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Oscar nomination for film with UWL graduate producer

90th Oscar Awards logo

Update: 'The Silent Child' won the Best Live Action Short Film at the 90th Academy Awards.

A former UWL student is living the dream in Hollywood after a film she produced won an Oscar nomination at this year’s Academy Awards, taking place on Sunday.

Film Production graduate Rebecca Harris called the experience ‘surreal’, after judges at the movie industry’s highest-profile awards included ‘The Silent Child’ on the shortlist for the Short Film category.

Rebecca is the producer of the film about a profoundly deaf girl’s adventure from isolation to achieving connection with the world around her, with the leading role played by a young actress with deafness. It is the first time in 31 years that a film featuring a deaf person has made the Academy Awards' shortlist.

Speaking from Los Angeles ahead of the Oscars ceremony, Rebecca said: ‘It’s beyond surreal. It has been such a huge team effort and I’ve always felt extremely lucky to be one of the many people entrusted with this project. We’re all incredibly proud of what the film itself and the Oscar nomination has achieved.

'Studying at UWL helped me work out what I was good at, introduced me to the right people and it definitely gave me the tools to help start off my career.'

UWL graduate, Rebecca Harris

Paul Lohneis, Head of the London School of Film, Media and Design, said: ‘Congratulations to Rebecca for this Oscar nomination, which is richly deserved. She was an exemplary student when she studied here and it’s great to see her talent being recognised by an awards as prestigious as the Oscars. This is exceptional news for the School and we’re all very proud.’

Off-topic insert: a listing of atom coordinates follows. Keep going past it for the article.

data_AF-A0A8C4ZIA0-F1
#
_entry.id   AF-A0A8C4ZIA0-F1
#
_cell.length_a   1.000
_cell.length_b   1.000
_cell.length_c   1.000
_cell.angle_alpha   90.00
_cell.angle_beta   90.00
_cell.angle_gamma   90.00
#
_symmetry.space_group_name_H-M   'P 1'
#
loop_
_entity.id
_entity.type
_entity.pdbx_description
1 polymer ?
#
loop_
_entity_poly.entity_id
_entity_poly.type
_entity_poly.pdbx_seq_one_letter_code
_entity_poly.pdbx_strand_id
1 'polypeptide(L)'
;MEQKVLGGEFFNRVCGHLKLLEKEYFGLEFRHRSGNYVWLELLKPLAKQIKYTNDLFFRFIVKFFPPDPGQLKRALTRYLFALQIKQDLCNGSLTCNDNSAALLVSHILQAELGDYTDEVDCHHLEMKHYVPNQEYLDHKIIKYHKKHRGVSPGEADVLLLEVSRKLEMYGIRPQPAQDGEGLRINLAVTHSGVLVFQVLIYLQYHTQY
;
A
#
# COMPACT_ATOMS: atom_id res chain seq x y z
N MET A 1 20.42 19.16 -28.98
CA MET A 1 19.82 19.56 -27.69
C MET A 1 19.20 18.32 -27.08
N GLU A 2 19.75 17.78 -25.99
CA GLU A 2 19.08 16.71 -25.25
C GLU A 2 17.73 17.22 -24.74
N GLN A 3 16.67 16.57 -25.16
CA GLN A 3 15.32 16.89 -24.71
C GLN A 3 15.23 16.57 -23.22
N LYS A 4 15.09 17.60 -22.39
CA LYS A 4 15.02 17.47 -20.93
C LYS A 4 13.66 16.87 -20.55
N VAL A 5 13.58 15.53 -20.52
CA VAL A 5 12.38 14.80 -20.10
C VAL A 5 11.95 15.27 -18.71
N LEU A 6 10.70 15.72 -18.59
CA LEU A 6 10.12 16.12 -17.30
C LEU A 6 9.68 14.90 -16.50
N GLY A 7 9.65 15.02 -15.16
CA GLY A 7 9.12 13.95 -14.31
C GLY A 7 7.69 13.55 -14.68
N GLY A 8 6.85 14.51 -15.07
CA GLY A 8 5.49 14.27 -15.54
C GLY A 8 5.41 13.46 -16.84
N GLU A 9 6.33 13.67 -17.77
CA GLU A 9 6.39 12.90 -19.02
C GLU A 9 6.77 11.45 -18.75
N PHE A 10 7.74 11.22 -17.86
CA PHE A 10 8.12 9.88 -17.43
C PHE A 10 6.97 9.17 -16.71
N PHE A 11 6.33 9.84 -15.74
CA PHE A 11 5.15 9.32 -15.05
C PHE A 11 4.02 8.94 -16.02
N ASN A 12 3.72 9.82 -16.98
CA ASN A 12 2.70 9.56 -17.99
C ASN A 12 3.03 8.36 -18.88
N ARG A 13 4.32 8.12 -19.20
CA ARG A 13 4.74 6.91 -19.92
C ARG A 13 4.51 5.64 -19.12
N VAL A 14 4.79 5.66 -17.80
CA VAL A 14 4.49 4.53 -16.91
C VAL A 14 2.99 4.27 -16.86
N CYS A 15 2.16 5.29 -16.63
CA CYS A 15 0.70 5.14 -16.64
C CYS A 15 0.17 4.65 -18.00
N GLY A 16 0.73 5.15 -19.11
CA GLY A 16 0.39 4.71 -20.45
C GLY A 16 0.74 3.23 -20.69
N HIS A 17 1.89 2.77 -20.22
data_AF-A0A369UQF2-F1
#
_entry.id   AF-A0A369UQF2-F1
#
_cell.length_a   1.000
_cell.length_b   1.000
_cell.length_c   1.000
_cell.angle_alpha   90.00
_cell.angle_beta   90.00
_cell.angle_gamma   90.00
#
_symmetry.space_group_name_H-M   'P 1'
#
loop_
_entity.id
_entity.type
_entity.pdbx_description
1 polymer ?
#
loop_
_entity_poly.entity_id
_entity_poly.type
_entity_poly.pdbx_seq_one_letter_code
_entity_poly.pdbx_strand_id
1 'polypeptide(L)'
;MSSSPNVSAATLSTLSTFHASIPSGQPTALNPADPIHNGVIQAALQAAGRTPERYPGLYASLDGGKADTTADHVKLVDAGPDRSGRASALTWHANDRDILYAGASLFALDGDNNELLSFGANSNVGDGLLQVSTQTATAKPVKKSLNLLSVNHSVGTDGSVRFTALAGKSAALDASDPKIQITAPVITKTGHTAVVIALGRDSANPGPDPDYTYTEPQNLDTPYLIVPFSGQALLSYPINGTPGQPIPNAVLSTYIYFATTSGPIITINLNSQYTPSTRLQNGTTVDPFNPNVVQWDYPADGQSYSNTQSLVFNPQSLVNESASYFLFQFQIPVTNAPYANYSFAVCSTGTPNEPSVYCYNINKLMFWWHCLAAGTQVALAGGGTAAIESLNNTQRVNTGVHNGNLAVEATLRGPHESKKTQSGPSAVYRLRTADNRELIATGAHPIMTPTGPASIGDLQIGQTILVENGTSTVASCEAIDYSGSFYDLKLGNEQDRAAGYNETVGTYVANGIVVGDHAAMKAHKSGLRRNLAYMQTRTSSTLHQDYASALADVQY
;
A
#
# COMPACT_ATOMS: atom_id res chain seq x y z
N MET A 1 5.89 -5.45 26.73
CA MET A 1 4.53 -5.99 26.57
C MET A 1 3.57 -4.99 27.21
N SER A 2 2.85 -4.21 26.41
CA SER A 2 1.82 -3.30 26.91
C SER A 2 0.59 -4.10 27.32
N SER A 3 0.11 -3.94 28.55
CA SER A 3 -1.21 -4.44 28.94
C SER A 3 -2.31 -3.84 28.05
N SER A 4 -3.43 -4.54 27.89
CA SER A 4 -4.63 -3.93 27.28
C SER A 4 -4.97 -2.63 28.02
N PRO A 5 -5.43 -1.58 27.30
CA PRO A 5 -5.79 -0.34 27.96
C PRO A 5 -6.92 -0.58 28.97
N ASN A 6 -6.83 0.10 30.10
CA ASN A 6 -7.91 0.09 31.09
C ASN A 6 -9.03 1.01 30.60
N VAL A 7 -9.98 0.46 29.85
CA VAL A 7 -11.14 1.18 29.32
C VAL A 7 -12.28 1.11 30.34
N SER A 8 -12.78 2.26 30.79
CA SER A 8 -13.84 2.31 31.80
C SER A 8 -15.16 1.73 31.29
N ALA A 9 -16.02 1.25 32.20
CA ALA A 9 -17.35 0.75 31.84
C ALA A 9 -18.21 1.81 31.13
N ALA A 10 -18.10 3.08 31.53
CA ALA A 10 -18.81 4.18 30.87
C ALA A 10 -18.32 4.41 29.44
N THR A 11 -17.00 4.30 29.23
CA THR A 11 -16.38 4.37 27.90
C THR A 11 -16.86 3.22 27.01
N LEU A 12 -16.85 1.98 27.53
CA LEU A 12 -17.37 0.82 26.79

As part of promotional efforts for the film, a viral campaign is taking place with a message of ‘disability is diversity’, aimed at raising the profile of disability as a key ingredient of diversity. The cast and crew of the film and youngsters at local schools have taken part so far – and also UWL’s Pro Vice-Chancellor (Student Experience), Sara Raybould.

On the campaign to raise awareness about deafness, Rebecca said: 'This is a year of diversity with a huge spot-light on gender and race. We think it’s important to remember that disability should also be included in the diversity bracket and deafness in film is hugely under represented.’

Disability is Diversity campaign by cast and crew of The Silent Child film

It is not the first time a UWL graduate has been in line for an Oscar. In 2013, an animation by former Film Production student Fohla Cronin-O’Reilly was nominated in the Best Animated Short Film category and also racked up a number of other industry awards.

Set in rural England and inspired by real events, The Silent Child centres upon a profoundly deaf four-year-old girl named Libby. With the help of a social worker, this once withdrawn girl suddenly feels connected to the world as the relationship between them blossoms. Inspired by real-life events, the film observes one of the loneliest disabilities and the avoidable struggles that deaf children face.

This year's Academy Awards takes place on 4 March.

Learn more about The Silent Child film

Find out more about the London School of Film, Media and Design. Check out the University on Twitter: @UWL_LSFMD